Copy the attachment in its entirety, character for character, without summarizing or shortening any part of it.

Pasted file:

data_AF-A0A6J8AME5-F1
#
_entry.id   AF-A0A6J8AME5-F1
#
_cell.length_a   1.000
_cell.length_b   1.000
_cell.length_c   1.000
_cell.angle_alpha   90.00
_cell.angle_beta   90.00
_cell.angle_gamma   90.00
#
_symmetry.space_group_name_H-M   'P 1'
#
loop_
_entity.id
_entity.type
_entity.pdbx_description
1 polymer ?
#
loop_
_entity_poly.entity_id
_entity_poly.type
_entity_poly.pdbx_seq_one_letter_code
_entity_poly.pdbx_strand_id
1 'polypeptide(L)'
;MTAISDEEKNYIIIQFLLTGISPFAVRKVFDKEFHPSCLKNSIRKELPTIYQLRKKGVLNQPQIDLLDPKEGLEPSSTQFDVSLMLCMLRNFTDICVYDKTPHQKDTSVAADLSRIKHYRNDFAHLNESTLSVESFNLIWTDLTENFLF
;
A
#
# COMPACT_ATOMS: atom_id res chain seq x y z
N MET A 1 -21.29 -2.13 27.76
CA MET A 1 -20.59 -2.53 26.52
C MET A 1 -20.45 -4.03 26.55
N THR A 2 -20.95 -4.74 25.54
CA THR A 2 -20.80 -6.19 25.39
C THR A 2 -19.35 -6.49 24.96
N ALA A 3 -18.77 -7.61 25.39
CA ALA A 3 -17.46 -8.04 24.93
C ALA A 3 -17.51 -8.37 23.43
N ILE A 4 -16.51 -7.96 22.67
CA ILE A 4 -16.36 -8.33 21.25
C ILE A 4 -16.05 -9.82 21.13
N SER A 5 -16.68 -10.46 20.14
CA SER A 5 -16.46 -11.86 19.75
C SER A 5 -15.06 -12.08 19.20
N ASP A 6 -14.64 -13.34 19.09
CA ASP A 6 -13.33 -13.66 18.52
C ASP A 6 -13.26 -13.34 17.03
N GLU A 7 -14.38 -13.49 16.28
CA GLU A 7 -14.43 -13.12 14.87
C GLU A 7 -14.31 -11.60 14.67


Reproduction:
data_AF-A0A6J8AME5-F1
#
_entry.id   AF-A0A6J8AME5-F1
#
_cell.length_a   1.000
_cell.length_b   1.000
_cell.length_c   1.000
_cell.angle_alpha   90.00
_cell.angle_beta   90.00
_cell.angle_gamma   90.00
#
_symmetry.space_group_name_H-M   'P 1'
#
loop_
_entity.id
_entity.type
_entity.pdbx_description
1 polymer ?
#
loop_
_entity_poly.entity_id
_entity_poly.type
_entity_poly.pdbx_seq_one_letter_code
_entity_poly.pdbx_strand_id
1 'polypeptide(L)'
;MTAISDEEKNYIIIQFLLTGISPFAVRKVFDKEFHPSCLKNSIRKELPTIYQLRKKGVLNQPQIDLLDPKEGLEPSSTQFDVSLMLCMLRNFTDICVYDKTPHQKDTSVAADLSRIKHYRNDFAHLNESTLSVESFNLIWTDLTENFLF
;
A
#
# COMPACT_ATOMS: atom_id res chain seq x y z
N MET A 1 -21.29 -2.13 27.76
CA MET A 1 -20.59 -2.53 26.52
C MET A 1 -20.45 -4.03 26.55
N THR A 2 -20.95 -4.74 25.54
CA THR A 2 -20.80 -6.19 25.39
C THR A 2 -19.35 -6.49 24.96
N ALA A 3 -18.77 -7.61 25.39
CA ALA A 3 -17.46 -8.04 24.93
C ALA A 3 -17.51 -8.37 23.43
N ILE A 4 -16.51 -7.96 22.67
CA ILE A 4 -16.36 -8.33 21.25
C ILE A 4 -16.05 -9.82 21.13
N SER A 5 -16.68 -10.46 20.14
CA SER A 5 -16.46 -11.86 19.75
C SER A 5 -15.06 -12.08 19.20
N ASP A 6 -14.64 -13.34 19.09
CA ASP A 6 -13.33 -13.66 18.52
C ASP A 6 -13.26 -13.34 17.03
N GLU A 7 -14.38 -13.49 16.28
CA GLU A 7 -14.43 -13.12 14.87
C GLU A 7 -14.31 -11.60 14.67